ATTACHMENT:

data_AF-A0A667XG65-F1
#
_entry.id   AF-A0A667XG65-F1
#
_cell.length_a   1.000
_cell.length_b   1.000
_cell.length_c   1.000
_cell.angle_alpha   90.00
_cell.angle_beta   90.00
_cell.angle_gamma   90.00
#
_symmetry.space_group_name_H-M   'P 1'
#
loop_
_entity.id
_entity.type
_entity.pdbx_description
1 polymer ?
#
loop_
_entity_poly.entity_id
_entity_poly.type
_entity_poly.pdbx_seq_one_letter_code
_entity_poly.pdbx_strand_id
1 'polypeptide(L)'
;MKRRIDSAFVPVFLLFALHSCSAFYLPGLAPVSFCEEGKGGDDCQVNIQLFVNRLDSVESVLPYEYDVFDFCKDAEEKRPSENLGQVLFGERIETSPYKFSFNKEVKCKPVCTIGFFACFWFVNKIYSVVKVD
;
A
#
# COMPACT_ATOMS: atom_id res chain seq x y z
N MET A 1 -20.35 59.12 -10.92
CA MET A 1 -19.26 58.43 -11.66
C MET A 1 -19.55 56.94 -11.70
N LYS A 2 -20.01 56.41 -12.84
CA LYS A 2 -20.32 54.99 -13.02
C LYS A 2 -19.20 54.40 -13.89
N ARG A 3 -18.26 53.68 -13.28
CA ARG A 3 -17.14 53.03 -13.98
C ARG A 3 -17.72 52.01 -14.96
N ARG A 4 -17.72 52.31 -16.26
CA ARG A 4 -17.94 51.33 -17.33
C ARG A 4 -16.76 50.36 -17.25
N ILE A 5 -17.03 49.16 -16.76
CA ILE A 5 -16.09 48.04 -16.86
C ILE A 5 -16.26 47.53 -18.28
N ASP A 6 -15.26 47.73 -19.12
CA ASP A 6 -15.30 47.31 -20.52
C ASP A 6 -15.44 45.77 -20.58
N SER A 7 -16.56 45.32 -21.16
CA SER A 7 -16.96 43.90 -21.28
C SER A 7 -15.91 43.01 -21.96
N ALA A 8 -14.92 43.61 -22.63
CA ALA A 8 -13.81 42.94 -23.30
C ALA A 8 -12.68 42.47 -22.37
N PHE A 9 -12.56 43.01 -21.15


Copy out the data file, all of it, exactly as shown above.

data_AF-A0A667XG65-F1
#
_entry.id   AF-A0A667XG65-F1
#
_cell.length_a   1.000
_cell.length_b   1.000
_cell.length_c   1.000
_cell.angle_alpha   90.00
_cell.angle_beta   90.00
_cell.angle_gamma   90.00
#
_symmetry.space_group_name_H-M   'P 1'
#
loop_
_entity.id
_entity.type
_entity.pdbx_description
1 polymer ?
#
loop_
_entity_poly.entity_id
_entity_poly.type
_entity_poly.pdbx_seq_one_letter_code
_entity_poly.pdbx_strand_id
1 'polypeptide(L)'
;MKRRIDSAFVPVFLLFALHSCSAFYLPGLAPVSFCEEGKGGDDCQVNIQLFVNRLDSVESVLPYEYDVFDFCKDAEEKRPSENLGQVLFGERIETSPYKFSFNKEVKCKPVCTIGFFACFWFVNKIYSVVKVD
;
A
#
# COMPACT_ATOMS: atom_id res chain seq x y z
N MET A 1 -20.35 59.12 -10.92
CA MET A 1 -19.26 58.43 -11.66
C MET A 1 -19.55 56.94 -11.70
N LYS A 2 -20.01 56.41 -12.84
CA LYS A 2 -20.32 54.99 -13.02
C LYS A 2 -19.20 54.40 -13.89
N ARG A 3 -18.26 53.68 -13.28
CA ARG A 3 -17.14 53.03 -13.98
C ARG A 3 -17.72 52.01 -14.96
N ARG A 4 -17.72 52.31 -16.26
CA ARG A 4 -17.94 51.33 -17.33
C ARG A 4 -16.76 50.36 -17.25
N ILE A 5 -17.03 49.16 -16.76
CA ILE A 5 -16.09 48.04 -16.86
C ILE A 5 -16.26 47.53 -18.28
N ASP A 6 -15.26 47.73 -19.12
CA ASP A 6 -15.30 47.31 -20.52
C ASP A 6 -15.44 45.77 -20.58
N SER A 7 -16.56 45.32 -21.16
CA SER A 7 -16.96 43.90 -21.28
C SER A 7 -15.91 43.01 -21.96
N ALA A 8 -14.92 43.61 -22.63
CA ALA A 8 -13.81 42.94 -23.30
C ALA A 8 -12.68 42.47 -22.37
N PHE A 9 -12.56 43.01 -21.15